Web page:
Ms Berry has posted a blog on the archive at MU Library Treasures blog containing photos of Elizabeth as a young girl and on her wedding day with her husband Major John William O'Kelly.
Ms Berry said: "One of the most moving items in the Elizabeth O’Kelly Archive is a sketchbook of drawings executed by her mother Alice in the 1920s, just a short time before her death."
She said: "Amongst these sketches is a very poignant pencil drawing of Elizabeth’s infant brother Richard just weeks before he died in March 1923."
Ms Berry said that after her mother's death, Elizabeth’s paternal aunt Annette Kathleen Sykes, was awarded guardianship of Elizabeth and the young girl moved from France to her aunt’s residence at 39 Lower Leeson Street in Dublin, Ireland.
She said that Elizabeth’s upbringing was steeped in French culture and she experienced a simple and frugal life in the care of her aunt.
Ms Berry said that in 1944, however, tragedy was to strike again with her aunt’s death.
Elizabeth inherited her estate, and a year later, aged 21 years, she married Major John O’Kelly, who was 41 years her senior.
Passionate about hunting and horses, Major O’Kelly was a qualified veterinary surgeon. He joined the Royal Army Veterinary Corps in 1907, and was awarded an OBE for his service during WWI.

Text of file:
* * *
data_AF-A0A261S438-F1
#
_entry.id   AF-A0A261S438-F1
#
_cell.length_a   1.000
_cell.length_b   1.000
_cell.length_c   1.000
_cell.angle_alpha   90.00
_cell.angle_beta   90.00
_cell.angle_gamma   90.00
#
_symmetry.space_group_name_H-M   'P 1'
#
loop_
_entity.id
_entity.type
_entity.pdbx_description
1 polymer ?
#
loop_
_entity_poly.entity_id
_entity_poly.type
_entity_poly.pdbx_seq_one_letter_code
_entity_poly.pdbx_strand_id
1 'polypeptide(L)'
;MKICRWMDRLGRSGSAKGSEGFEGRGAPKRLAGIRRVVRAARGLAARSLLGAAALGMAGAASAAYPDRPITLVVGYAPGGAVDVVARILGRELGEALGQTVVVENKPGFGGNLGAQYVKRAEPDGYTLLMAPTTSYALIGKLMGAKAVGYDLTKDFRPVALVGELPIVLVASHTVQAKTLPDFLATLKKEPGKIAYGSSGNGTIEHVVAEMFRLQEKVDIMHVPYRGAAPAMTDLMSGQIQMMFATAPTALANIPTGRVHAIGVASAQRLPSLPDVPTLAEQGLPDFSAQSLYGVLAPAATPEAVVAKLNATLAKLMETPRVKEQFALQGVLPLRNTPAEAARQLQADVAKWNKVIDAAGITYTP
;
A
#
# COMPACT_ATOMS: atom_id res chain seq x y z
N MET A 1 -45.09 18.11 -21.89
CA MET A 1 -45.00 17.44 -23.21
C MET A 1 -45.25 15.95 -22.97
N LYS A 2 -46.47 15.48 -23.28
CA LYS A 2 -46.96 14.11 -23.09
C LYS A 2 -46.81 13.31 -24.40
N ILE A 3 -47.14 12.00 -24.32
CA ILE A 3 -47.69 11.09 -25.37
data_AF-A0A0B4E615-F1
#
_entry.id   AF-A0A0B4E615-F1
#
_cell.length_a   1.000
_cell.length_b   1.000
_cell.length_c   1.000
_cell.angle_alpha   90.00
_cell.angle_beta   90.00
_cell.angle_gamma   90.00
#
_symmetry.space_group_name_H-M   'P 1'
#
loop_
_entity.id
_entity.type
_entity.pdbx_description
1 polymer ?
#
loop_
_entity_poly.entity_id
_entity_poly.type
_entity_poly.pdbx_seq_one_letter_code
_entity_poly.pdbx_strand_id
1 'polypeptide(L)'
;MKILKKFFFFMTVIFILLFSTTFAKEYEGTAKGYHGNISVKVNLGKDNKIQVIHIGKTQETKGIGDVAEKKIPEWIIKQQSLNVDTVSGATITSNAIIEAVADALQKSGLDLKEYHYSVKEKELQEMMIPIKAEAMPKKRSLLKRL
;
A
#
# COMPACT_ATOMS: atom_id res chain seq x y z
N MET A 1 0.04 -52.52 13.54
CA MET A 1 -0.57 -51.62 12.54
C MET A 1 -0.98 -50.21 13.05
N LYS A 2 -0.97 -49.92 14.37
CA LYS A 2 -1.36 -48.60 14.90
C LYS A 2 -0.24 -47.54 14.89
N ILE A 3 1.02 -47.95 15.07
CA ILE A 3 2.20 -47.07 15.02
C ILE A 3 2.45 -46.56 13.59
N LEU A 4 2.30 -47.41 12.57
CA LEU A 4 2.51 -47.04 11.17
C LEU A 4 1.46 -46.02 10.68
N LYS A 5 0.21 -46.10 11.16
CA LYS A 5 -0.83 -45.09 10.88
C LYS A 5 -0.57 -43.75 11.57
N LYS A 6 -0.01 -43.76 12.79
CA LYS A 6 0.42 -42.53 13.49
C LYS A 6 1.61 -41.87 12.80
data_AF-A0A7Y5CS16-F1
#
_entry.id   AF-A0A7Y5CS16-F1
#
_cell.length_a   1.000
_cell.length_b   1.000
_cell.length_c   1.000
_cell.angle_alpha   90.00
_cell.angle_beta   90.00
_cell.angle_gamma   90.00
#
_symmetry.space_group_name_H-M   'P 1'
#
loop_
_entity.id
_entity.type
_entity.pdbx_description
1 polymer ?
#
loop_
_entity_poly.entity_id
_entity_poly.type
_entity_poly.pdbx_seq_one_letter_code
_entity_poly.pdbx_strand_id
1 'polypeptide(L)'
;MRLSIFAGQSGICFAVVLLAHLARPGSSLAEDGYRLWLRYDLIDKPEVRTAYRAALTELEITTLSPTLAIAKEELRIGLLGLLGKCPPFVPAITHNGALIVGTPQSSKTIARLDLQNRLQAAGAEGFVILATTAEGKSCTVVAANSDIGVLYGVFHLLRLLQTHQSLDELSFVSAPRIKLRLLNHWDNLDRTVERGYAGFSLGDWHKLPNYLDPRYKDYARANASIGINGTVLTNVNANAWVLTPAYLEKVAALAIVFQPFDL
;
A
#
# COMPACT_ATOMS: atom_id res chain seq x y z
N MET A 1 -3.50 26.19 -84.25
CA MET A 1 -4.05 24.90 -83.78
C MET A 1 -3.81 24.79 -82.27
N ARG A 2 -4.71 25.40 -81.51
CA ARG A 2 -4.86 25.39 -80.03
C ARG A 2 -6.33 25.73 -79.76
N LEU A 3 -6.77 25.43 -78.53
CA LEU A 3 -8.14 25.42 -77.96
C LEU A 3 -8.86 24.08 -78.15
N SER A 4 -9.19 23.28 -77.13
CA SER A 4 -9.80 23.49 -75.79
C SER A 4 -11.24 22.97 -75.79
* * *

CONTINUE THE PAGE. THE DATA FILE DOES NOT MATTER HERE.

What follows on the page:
After their wedding, the couple moved to Ballygoran Park in Maynooth, County Kildare. Ms Berry said that Elizabeth had a great interest in history and architecture, and became actively involved in the Kildare Archaeological Society during her time in County Kildare.
In March 1962, Major O’Kelly died aged 79 and left his estate to his wife Elizabeth and her brother-in-law Charles.
Elizabeth sold the marital home, Ballygoran Park in 1964 and moved to Buenos Aires in Argentina and then Uganda for a time.
She returned to Irish soil in 1966, and bought a house at Knockaulin in Leixlip, County Kildare, later that year. This remained her principal residence until 1980 when she purchased a house at Pilhac, Beaulieu sur Dordogne, France.
Elizabeth moved between her Irish and French properties throughout the years that followed before purchasing a home at Market Square in Stradbally, County Laois in 1997 where she remained until her death in 2016.
In her blogpost, Ms Berry said that despite her wealth, "Elizabeth lived a simple and humble life devoted to the church and to helping others. Her only indulgence was a great love of travel which she enjoyed throughout her life".
She said: "The family archive had a very special meaning to Elizabeth throughout her life, and she kept it with her, carefully organised, wherever she lived.
"The care and respect that she showed for her documentary heritage will continue now that it has been deposited in Maynooth University Library, and this important collection will be safeguarded for generations to come."
Ms Berry explained that the Archive has only recently been acquired and as a result it is not currently open to the public.
However, it will be fully catalogued at a later date and will form the basis for future outreach projects.